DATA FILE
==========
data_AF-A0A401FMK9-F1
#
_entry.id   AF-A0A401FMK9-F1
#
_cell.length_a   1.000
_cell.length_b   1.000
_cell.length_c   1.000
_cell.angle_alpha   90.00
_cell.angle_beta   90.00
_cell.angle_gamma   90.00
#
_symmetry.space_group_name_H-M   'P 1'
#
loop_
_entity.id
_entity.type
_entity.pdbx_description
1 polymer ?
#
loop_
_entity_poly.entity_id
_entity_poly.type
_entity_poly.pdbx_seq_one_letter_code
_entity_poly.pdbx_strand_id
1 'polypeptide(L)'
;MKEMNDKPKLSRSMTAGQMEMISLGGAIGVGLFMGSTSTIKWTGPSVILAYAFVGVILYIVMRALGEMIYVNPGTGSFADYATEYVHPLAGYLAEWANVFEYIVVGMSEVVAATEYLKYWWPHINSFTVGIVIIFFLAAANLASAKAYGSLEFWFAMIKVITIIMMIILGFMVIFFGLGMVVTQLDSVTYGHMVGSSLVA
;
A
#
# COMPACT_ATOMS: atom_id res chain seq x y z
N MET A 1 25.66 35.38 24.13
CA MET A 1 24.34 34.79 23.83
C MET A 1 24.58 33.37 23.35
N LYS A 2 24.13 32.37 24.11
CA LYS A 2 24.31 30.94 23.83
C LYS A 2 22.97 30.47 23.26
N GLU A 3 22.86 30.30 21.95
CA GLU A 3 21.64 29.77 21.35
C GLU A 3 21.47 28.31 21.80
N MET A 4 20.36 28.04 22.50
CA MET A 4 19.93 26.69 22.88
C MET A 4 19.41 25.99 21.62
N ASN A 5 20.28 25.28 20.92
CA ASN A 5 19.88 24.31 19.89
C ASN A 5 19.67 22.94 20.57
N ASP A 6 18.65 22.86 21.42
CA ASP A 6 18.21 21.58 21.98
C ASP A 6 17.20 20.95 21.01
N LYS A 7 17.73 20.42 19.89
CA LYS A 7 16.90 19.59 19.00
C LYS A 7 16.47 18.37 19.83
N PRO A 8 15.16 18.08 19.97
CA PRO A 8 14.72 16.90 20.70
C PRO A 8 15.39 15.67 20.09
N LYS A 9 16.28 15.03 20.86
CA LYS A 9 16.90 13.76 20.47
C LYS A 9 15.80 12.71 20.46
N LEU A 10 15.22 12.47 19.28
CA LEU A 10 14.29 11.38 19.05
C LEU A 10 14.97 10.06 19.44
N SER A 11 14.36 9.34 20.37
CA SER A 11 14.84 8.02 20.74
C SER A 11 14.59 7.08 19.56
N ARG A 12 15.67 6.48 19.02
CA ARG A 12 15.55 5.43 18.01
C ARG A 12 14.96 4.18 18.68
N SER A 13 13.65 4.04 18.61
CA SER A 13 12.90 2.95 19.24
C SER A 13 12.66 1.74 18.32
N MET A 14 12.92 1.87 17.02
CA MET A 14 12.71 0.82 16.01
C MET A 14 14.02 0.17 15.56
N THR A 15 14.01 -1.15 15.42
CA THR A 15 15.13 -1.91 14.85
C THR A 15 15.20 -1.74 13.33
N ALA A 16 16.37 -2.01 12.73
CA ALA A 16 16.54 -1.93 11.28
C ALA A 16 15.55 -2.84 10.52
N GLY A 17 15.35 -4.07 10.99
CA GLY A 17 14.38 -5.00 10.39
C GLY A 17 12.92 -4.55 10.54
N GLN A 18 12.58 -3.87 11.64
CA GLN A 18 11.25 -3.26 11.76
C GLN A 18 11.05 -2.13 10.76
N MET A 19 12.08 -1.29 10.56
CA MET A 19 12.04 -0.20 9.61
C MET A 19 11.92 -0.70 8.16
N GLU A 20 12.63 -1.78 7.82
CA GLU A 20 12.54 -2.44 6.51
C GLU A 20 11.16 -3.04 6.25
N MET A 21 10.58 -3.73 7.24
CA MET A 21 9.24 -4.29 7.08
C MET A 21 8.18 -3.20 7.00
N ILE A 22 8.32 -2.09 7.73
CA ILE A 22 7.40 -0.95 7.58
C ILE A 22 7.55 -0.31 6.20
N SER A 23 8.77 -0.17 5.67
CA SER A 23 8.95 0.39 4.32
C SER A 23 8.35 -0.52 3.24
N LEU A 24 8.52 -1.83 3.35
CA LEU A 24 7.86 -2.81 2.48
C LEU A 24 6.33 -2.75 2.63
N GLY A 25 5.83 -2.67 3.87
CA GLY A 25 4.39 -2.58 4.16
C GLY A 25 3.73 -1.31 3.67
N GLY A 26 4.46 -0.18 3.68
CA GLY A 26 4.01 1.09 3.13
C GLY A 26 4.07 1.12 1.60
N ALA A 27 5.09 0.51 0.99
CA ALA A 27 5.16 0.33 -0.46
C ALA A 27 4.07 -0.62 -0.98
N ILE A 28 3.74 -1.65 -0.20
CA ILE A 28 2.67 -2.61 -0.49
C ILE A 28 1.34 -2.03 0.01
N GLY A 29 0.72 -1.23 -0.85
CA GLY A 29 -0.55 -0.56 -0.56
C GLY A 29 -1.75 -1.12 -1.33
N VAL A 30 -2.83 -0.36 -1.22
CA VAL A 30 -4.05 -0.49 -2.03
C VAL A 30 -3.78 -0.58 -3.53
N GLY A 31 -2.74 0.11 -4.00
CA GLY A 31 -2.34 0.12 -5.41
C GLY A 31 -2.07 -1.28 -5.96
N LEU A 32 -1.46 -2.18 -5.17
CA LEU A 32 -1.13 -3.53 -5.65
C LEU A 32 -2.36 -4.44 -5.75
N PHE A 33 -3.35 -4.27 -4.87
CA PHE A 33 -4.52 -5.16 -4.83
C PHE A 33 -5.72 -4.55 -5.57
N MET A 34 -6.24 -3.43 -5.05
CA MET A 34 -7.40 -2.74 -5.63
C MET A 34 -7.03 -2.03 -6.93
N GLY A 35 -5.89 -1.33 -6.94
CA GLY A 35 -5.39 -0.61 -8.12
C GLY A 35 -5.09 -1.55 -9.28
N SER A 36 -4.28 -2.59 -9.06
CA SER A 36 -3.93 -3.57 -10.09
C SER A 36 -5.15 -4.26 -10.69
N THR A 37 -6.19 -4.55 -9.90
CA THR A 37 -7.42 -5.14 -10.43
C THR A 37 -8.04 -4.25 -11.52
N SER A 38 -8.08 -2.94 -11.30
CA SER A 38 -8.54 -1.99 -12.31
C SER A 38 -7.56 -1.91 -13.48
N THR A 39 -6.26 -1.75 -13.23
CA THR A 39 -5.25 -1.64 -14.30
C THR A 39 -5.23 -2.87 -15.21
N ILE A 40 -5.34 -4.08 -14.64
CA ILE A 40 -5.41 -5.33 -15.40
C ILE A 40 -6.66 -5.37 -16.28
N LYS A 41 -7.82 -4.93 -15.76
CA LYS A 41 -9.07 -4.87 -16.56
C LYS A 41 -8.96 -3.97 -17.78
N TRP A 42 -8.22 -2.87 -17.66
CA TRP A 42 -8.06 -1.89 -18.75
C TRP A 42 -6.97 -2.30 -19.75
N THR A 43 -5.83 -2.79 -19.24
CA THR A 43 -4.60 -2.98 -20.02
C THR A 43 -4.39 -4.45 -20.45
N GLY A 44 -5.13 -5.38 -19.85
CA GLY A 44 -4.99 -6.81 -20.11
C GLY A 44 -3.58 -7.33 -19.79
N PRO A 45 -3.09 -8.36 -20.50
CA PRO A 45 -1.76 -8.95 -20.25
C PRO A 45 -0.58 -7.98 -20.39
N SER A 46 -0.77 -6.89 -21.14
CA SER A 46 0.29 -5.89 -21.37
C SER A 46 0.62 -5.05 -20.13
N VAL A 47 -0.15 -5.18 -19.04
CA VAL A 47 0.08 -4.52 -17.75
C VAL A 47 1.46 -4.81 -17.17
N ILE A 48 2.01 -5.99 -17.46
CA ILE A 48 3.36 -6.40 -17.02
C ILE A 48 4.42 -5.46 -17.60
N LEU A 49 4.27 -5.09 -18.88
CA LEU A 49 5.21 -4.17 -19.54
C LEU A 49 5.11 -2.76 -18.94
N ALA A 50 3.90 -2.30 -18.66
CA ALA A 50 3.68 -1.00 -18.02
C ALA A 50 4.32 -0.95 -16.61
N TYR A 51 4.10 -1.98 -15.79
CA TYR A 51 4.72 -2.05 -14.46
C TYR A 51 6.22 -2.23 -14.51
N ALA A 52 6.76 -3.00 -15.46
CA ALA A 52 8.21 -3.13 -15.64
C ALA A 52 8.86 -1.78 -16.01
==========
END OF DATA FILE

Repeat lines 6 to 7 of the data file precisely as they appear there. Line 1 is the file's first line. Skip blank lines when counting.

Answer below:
_cell.length_b   1.000
_cell.length_c   1.000